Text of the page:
alert, has the right to requisition one or more of those ships as the master of the ship in
    distress or the search and rescue service considers best able to render assistance, and it shall
    be the duty of the master or masters of the ship or ships requisitioned to comply with the
    requisition by continuing to proceed with al speed to the assistance of persons in distress.
    3 Masters of ships shall be released from the obligation imposed by paragraph 1 on
    learning that their ships have not been requisitioned and that one or more other ships have
    been requisitioned and are complying with the requisition. This decision shall, if possible be
    communicated to the other requisitioned ships and to the search and rescue service.
    4 The master of a ship shall be released from the obligation imposed by paragraph 1
    and, if his ship has been requisitioned, from the obligation imposed by paragraph 2 no being
    informed by the persons in distress or by the search and rescue service or by the master of
    another ship which has reached such persons that assistance is no longer necessary.
    5 The provisions of this regulation do not prejudice the International Convention for the
    Unification of Certain Rules with regard to Assistance and Salvage at Sea, signed at Brussels
    on 23 September 1910, particularly the obligation to render assistance imposed by article 11
    of that Convention
     
  8. tankercaptain

    tankercaptain Member

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    Having spent more of my life at sea than not and reading SOLAS regulations for years I didn't need to do a search for the SOLAS regulations but I did for the US CODE, but knew it was there.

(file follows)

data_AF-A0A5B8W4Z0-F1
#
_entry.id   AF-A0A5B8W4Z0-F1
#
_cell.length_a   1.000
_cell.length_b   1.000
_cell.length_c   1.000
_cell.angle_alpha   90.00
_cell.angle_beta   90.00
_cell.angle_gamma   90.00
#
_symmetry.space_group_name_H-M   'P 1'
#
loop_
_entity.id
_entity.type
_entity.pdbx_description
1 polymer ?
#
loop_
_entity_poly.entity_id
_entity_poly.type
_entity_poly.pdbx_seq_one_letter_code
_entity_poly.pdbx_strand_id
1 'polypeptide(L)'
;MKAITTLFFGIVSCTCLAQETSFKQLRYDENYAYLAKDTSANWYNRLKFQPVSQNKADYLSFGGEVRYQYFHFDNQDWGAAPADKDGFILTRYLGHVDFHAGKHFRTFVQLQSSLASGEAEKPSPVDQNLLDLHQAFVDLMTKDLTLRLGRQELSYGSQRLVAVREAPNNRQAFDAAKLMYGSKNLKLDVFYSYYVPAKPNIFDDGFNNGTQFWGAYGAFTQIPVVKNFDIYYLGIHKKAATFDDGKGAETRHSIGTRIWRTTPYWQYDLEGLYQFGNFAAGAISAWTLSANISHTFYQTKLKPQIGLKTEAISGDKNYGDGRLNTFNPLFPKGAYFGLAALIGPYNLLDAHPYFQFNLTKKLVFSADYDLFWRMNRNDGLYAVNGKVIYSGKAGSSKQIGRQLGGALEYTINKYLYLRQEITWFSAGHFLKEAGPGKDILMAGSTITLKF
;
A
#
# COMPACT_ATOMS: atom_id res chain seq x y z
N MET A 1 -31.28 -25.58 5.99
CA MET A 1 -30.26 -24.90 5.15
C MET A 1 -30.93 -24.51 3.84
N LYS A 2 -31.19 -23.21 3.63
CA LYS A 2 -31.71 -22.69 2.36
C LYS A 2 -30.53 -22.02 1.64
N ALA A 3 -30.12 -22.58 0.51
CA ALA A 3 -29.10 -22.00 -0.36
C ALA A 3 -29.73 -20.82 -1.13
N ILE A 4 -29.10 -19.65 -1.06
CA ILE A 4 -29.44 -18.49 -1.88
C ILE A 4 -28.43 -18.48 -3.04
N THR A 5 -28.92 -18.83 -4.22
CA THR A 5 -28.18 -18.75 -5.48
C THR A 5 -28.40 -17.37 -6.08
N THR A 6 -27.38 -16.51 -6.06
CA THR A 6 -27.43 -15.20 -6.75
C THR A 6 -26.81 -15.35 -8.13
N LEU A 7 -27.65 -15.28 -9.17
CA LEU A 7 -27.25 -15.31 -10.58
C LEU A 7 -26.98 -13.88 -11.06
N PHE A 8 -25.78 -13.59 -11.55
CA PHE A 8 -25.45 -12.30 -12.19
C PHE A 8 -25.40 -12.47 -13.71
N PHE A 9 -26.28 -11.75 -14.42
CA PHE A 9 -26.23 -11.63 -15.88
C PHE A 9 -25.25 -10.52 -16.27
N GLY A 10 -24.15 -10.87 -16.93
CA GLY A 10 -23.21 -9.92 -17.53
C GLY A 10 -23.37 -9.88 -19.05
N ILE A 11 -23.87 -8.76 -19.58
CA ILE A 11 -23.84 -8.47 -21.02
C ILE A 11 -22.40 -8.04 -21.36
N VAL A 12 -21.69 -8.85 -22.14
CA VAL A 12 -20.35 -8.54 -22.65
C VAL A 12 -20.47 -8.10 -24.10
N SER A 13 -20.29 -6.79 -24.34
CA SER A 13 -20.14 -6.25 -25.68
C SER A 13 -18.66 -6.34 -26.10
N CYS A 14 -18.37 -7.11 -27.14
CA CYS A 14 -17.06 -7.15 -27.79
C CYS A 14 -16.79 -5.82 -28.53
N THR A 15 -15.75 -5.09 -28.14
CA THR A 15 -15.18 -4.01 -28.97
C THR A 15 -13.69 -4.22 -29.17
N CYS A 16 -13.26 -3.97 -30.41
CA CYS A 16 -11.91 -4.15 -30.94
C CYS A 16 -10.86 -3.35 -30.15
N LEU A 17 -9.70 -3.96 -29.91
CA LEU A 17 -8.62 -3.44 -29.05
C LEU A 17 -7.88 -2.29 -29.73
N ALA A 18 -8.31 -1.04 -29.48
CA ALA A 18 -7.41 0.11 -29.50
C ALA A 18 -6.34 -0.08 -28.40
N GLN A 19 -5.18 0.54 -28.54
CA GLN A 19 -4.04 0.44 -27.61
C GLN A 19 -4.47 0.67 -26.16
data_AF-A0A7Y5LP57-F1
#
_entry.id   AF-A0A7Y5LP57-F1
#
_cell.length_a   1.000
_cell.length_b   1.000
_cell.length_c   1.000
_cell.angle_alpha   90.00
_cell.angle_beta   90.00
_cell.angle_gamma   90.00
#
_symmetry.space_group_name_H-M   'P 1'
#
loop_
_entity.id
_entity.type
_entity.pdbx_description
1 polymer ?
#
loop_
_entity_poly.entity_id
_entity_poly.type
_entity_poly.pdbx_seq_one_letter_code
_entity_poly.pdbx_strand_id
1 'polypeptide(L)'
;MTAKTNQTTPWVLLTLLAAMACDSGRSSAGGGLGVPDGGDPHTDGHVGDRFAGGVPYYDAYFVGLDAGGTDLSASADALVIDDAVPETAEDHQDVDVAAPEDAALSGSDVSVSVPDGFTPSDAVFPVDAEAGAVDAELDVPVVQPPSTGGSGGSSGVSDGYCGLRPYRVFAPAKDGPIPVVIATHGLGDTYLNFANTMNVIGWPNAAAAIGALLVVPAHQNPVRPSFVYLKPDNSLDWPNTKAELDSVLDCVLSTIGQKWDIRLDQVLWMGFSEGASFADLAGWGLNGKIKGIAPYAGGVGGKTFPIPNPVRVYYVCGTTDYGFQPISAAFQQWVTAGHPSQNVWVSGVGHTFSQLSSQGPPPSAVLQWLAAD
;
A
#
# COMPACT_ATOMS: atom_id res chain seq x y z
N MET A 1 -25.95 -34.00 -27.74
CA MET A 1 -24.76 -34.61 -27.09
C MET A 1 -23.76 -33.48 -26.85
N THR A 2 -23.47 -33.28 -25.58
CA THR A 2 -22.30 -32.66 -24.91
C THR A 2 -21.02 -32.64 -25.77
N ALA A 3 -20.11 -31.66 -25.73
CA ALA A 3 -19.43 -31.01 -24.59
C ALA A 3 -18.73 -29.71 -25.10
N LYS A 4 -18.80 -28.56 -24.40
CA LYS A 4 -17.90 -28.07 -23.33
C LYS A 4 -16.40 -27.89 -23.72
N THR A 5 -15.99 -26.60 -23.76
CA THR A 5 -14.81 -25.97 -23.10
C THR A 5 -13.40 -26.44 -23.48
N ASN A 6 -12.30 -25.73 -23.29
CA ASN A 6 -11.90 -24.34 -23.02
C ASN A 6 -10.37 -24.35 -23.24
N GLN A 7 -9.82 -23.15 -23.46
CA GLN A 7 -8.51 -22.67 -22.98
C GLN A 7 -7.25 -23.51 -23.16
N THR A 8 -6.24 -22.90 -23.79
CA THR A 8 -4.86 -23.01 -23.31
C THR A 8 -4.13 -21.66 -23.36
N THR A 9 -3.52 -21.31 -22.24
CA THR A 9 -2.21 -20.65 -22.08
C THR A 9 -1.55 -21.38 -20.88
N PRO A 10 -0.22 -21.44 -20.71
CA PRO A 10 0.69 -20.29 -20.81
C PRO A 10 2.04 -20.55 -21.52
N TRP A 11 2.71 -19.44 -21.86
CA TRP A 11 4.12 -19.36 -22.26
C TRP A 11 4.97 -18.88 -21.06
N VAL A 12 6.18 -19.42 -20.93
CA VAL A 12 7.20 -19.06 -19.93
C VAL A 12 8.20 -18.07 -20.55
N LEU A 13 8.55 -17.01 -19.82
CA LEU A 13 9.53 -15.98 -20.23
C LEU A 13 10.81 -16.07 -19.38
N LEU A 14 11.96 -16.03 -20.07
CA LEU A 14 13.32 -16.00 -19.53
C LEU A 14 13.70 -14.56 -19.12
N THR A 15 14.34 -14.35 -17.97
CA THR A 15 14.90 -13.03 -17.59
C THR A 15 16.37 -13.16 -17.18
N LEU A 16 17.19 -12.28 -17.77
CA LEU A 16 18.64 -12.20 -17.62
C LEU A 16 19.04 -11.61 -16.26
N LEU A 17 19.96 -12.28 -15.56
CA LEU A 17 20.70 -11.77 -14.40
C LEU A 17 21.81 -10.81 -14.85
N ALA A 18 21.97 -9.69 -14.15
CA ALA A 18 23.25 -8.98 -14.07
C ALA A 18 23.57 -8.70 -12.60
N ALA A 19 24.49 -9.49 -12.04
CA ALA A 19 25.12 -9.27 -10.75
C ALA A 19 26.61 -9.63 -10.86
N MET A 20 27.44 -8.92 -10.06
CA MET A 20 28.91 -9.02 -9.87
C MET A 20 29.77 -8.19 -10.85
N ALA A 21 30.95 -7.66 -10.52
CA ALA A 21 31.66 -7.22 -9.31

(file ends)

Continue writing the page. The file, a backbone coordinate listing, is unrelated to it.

9. LineInTheSand

    LineInTheSand USCGA 2006

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    Or is this talking about a person in the water? If there are 5 vessels in an area that hear a distress call... am I to believe it's only required when there's a person in the water at risk of being lost?

    Or if I hear a ponpon 15 NM away, I'm not required to "search" as searching is not innocent passage in territorial seas.
     
  10. LineInTheSand

    LineInTheSand USCGA 2006

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  11. tankercaptain

    tankercaptain Member

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    From SOLAS 1995
    "(a) The master of a ship at sea which is in a position to be able to provide assistance, on receiving a signal from any source that persons are in distress at sea, is bound to proceed with all speed to their assistance, if possible informing them or the search and rescue service, that the ship is doing so. If the ship receiving the distress alert is unable or, in the special circumstances of the case, considers it unreasonable or unnecessary to proceed to their assistance, the master must enter in the log-book the reason for failing to proceed to the assistance of the persons in distress and, taking into account the recommendations of the Organization, inform the appropriate search and rescue service accordingly.

    (b) The master of a ship in distress or the search and rescue service concerned, after consultation, so far as may be possible, with the masters of ships which answer the distress alert, has the right to requisition one or more of those ships such as the master of the ship in distress or the search and rescue service considers best able to render assistance, and it shall be the duty of the master or masters of the ship or ships so requisitioned to comply with the requisition by continuing to proceed with all speed to the assistance of persons in distress.

    (c) Masters of ships shall be released from the obligation imposed by paragraph (a) of this regulation on learning that their ships have not been requisitioned and that one or more other ships have been requisitioned and are complying with the requisition. This decision shall, if possible, be communicated to the other requisitioned ships and to the search and rescue service.